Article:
It is a legacy passed down to modern farmers like Joe Steinkamp of Evansville who farms the Ohio River bottoms.
“The neat thing about our climate is we have a nice, long growing season, which gives us a bigger window to plant our crops,” says Steinkamp, whose land is about evenly divided between corn and soybeans. Unlike most Hoosier farmers who grow corn exclusively for animal feed, Steinkamp’s is a white variety that is processed into Mexican-style dishes and tortilla chips.
Steinkamp’s family will be in attendance at the opening of the Glass Barn at the Indiana State Fairgrounds Aug. 2. Sponsored by the Indiana Soybean Alliance, the facility is designed to educate Hoosiers about what life is like for farmers and their families. The building features interactive and high-tech exhibits including a video theater where visitors can connect “virtually” with farmers. It will be open throughout the fair’s run from Aug. 2-18, and long-term plans call for its use year-round as an educational center.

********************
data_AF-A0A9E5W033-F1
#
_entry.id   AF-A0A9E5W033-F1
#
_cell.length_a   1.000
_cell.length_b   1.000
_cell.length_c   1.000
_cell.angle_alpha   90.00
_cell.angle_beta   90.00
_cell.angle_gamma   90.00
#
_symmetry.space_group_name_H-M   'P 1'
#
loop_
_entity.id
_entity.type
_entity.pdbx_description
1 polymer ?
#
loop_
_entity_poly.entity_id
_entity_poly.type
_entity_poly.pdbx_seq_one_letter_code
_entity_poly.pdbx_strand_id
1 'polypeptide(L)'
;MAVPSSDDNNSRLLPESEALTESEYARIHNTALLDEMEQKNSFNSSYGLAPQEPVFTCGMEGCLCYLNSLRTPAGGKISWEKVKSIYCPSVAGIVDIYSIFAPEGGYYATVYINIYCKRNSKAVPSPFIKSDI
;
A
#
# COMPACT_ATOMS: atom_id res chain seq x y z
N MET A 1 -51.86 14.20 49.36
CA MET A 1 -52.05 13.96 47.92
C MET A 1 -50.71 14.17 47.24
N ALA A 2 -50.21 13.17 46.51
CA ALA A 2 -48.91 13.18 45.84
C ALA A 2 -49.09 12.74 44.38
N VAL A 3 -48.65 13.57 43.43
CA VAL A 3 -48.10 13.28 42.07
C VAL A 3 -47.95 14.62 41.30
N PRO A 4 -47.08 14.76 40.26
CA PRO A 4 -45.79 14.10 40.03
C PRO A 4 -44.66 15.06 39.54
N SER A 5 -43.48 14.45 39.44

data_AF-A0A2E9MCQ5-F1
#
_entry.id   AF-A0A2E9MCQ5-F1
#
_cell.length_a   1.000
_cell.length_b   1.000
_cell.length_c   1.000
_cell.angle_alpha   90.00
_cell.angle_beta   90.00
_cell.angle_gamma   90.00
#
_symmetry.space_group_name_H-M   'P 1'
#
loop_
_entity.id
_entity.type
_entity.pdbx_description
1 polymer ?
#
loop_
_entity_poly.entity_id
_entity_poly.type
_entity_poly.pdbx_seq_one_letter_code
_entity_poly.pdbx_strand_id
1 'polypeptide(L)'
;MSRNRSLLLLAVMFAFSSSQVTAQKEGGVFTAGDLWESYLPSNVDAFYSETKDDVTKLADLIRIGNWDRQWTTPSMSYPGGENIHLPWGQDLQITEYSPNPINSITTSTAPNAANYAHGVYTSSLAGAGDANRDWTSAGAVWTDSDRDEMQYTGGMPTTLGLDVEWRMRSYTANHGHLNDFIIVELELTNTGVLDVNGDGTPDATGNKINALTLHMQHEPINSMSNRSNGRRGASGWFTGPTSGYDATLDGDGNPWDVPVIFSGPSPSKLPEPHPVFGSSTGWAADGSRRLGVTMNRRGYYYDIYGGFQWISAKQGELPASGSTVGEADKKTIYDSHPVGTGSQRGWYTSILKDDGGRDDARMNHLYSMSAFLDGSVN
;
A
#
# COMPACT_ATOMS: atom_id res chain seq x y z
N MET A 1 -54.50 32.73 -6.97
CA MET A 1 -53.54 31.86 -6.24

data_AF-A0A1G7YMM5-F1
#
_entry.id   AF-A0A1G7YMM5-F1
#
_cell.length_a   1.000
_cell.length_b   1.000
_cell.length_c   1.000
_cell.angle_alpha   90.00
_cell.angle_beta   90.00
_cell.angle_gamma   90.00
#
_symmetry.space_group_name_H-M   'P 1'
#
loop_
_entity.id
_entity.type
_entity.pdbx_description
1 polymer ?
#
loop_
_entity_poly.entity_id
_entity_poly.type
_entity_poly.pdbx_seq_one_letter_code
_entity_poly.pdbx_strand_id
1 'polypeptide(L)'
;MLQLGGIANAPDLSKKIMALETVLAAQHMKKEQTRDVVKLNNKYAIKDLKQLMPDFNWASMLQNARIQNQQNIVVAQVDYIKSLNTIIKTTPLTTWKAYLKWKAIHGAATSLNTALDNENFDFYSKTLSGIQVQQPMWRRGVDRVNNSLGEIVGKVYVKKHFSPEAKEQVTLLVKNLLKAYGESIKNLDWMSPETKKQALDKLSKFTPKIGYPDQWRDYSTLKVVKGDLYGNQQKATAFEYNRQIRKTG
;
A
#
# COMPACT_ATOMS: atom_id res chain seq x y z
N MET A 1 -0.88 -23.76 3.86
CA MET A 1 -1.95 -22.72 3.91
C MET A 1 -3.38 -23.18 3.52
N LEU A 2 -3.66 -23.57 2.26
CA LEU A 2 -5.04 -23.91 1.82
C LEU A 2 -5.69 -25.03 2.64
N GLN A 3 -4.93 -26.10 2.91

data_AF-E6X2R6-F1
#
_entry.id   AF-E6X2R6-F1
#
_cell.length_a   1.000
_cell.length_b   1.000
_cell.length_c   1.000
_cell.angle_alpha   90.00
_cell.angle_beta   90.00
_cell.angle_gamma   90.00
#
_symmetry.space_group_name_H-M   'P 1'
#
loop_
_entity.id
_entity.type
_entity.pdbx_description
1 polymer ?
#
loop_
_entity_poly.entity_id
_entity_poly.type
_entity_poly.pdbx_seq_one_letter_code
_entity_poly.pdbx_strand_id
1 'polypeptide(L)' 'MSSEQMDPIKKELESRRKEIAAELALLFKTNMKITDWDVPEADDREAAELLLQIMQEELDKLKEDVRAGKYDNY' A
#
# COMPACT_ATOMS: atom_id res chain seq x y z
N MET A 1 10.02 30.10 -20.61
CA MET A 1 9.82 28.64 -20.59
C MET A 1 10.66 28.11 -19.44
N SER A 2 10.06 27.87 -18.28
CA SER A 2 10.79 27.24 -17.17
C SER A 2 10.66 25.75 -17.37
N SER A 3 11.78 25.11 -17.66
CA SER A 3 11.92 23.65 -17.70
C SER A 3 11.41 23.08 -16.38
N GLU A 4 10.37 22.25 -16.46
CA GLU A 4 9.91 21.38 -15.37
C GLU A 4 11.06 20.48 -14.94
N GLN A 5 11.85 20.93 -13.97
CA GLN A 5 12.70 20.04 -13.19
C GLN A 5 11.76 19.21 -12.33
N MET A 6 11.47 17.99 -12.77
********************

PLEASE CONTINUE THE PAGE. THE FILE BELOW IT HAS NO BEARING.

“We feel like the barn is an important step. We need to educate the Indiana consumer about what we are doing on the farm,” says Kevin Wilson of Walton, alliance president and himself a corn and soybean farmer.
As the joke goes, “You know you’re in Indiana when ... all you see are corn and soybeans.” There’s more than a grain of truth to it. It’s an important part of our history and our present.
Andrea Neal is a teacher at St. Richard’s Episcopal School in Indianapolis and adjunct scholar with the Indiana Policy Review Foundation. Contact her at email@example.com.